New Buildings Drawn from Unusual Inspirations




The philosophy of “form follows function” guided architecture for much of the 20th century. Now, even in a time when building performance is being scrutinized as never before, architects and developers are paying a great deal of attention to buildings’ form. Building science often is cloaked in a great deal of art.

Examples of building designs with unusual inspirations abound around the world. Following are some recent examples.

The MahaNakhon Tower stands out among other buildings in Bangkok’s financial district. At around 1,030 ft (314 m), it is the tallest building in Thailand. However, as much as its height, the building’s unusual appearance draws attention. It was designed to look like it was made from thousands of individual cubes, similar to LEGO structures or constructs in the popular video game Minecraft. Some of the “building blocks” are even missing, giving portions of the tower a jagged, unfinished look that has been described as “pixelated.” Designer Ole Scheeren is reported as saying he hopes the design will challenge the more typical monolith style of many towers and create “the visual effect of disintegration.”

The MahaNakhon Tower

Pace Development

 

Lè Architecture, in Taipei, Taiwan, is nearing completion. The 18-story office building, designed by multinational architecture giant Aedas, is inspired by the form and striations of river pebbles. This form is apropos to one of the building’s intrinsic functions. It is meant to be a centerpiece of the revitalization of the Nangang business district, which is along the Jilong River. Lè Architecture is designed to minimize energy use. Daylighting is extensively used to reduce reliance on artificial lighting. Green planters hung on the west side create a 60 m (200 ft) green wall.

Lè Architecture

Aedas

 

A similar, yet more exotic, take on that philosophy imbues another Aedas project, which has an unusual anchor tenant. Chongqing Xinhua Bookstore Group Jiefangbei Book City is a complex of retail, residential, office, and hotel space. The Xinhua Bookstore will be its centerpiece. The design of the structure is meant to evoke images of scrolls. The designers draw upon an ancient Chinese saying that “knowledge brings wealth” to integrate the concept of a book with the cultural elements of one of the five national central cities in China.

Chongqing Xinhua Bookstore Group Jiefangbei Book City

Aedas

 

French architects are planning to build a "wheel hotel" on the banks of the Seine with "room capsules" that rotate constantly. Maxime Barbier and Luc Delamain, of the agency SCAU (Design Society of Architecture and Urbanism), said each of the ferris-wheel-inspired hotel’s 19 rooms will be 12 ft (3.7 m) long, soundproof, and have its own fully padded sleeping chamber, bathroom, and window. The wheel will rotate at a rate of one full loop every 30 minutes.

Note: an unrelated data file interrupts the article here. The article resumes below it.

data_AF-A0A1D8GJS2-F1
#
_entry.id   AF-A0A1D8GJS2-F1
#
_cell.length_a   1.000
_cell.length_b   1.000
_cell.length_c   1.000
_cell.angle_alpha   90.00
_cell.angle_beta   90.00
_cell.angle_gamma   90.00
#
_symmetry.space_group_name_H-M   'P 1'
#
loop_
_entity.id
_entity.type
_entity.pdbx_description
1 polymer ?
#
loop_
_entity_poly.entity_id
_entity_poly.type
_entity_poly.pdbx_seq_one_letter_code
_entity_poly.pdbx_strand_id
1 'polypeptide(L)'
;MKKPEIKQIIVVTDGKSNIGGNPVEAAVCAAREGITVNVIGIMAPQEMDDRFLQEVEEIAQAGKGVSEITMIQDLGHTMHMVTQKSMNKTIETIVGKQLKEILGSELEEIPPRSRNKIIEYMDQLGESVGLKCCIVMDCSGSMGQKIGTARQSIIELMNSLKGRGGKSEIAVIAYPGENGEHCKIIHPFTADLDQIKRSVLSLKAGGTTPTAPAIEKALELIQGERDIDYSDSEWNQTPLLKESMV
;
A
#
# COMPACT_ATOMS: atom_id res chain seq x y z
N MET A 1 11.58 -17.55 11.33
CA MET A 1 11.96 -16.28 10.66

"Wheel hotel" exterior (L) and interior (R)

SCAU (Design Society of Architecture and Urbanism)

 

A skyscraper designed to evoke the popular block-stacking game Jenga is under way in Vancouver, BC, Canada. The residential building features several levels reaching outward horizontally to fully "engage the space of the city." Earlier this year, the height of the proposed tower was reduced from 500 ft (152 m) as originally proposed to 436 ft (133 m). The reduction was not based on fears the edifice might fall like its game inspiration, but municipal policies. The taller height would have penetrated “view cones” that allow the full skyline to be visible.

The "Jenga" skyscraper

Bosa Properties

 

In August, Spanish architecture studio Bakpak unveiled its proposal for The Pottery Courtyard, a multipurpose building that takes its inspiration from the work of local ceramics artisans. The building's exterior features sharp edges and angles, and its interior surrounds a curved courtyard, the design for which was inspired by the shape of a potter's wheel.

The Pottery Courtyard

Bakpak Architects

 

One of the oddest inspirations for a building will begin to take “shape”—literally—later this year when construction begins in Melbourne, Australia. Grammy Award-winning singer Beyoncé has inspired the design of The Premier Tower—a 68-story, 741 ft (226 m) structure designed by Elenberg Fraser and developed by Singapore-based Fragrance Group—was modeled on visuals of the singer. The Ministry of Planning approved the mixed residential and hotel tower, which at 249 m and 78 stories, will become one of the tallest buildings in Melbourne. There is actually some function to the chosen form. “It’s [a] clever, contemporary design that maximizes floor space and enhances sweeping views, while minimizing downdraft—a stunning new addition to Melbourne’s cityscape,” the developer said.

The Premier Tower

Fragrance Group

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